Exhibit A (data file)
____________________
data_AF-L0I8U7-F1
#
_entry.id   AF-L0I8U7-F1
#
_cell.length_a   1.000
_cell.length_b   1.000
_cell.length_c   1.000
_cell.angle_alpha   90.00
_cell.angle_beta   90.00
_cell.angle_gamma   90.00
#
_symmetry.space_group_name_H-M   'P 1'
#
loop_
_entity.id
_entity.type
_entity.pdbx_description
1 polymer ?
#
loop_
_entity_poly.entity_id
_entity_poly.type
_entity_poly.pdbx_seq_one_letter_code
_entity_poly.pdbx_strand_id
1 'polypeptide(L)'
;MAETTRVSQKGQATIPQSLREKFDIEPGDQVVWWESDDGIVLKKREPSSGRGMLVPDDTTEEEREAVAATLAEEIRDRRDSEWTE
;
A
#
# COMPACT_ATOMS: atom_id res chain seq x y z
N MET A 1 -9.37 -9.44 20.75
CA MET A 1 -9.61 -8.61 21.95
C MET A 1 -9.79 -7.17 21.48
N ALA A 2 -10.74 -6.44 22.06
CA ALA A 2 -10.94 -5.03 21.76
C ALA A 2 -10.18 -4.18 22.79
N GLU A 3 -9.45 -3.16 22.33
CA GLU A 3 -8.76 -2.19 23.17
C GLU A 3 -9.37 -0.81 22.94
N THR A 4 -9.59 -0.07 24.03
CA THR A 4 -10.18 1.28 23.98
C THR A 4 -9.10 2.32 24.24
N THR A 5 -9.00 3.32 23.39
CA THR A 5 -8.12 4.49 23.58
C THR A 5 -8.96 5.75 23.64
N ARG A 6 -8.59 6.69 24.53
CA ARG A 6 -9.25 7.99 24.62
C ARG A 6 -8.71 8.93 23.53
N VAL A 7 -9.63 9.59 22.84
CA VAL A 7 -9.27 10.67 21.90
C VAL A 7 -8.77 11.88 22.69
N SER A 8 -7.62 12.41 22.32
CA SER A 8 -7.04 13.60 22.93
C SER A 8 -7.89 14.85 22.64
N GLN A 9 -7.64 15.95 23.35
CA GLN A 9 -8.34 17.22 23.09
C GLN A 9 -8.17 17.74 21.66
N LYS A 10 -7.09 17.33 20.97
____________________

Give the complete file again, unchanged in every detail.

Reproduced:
data_AF-L0I8U7-F1
#
_entry.id   AF-L0I8U7-F1
#
_cell.length_a   1.000
_cell.length_b   1.000
_cell.length_c   1.000
_cell.angle_alpha   90.00
_cell.angle_beta   90.00
_cell.angle_gamma   90.00
#
_symmetry.space_group_name_H-M   'P 1'
#
loop_
_entity.id
_entity.type
_entity.pdbx_description
1 polymer ?
#
loop_
_entity_poly.entity_id
_entity_poly.type
_entity_poly.pdbx_seq_one_letter_code
_entity_poly.pdbx_strand_id
1 'polypeptide(L)'
;MAETTRVSQKGQATIPQSLREKFDIEPGDQVVWWESDDGIVLKKREPSSGRGMLVPDDTTEEEREAVAATLAEEIRDRRDSEWTE
;
A
#
# COMPACT_ATOMS: atom_id res chain seq x y z
N MET A 1 -9.37 -9.44 20.75
CA MET A 1 -9.61 -8.61 21.95
C MET A 1 -9.79 -7.17 21.48
N ALA A 2 -10.74 -6.44 22.06
CA ALA A 2 -10.94 -5.03 21.76
C ALA A 2 -10.18 -4.18 22.79
N GLU A 3 -9.45 -3.16 22.33
CA GLU A 3 -8.76 -2.19 23.17
C GLU A 3 -9.37 -0.81 22.94
N THR A 4 -9.59 -0.07 24.03
CA THR A 4 -10.18 1.28 23.98
C THR A 4 -9.10 2.32 24.24
N THR A 5 -9.00 3.32 23.39
CA THR A 5 -8.12 4.49 23.58
C THR A 5 -8.96 5.75 23.64
N ARG A 6 -8.59 6.69 24.53
CA ARG A 6 -9.25 7.99 24.62
C ARG A 6 -8.71 8.93 23.53
N VAL A 7 -9.63 9.59 22.84
CA VAL A 7 -9.27 10.67 21.90
C VAL A 7 -8.77 11.88 22.69
N SER A 8 -7.62 12.41 22.32
CA SER A 8 -7.04 13.60 22.93
C SER A 8 -7.89 14.85 22.64
N GLN A 9 -7.64 15.95 23.35
CA GLN A 9 -8.34 17.22 23.09
C GLN A 9 -8.17 17.74 21.66
N LYS A 10 -7.09 17.33 20.97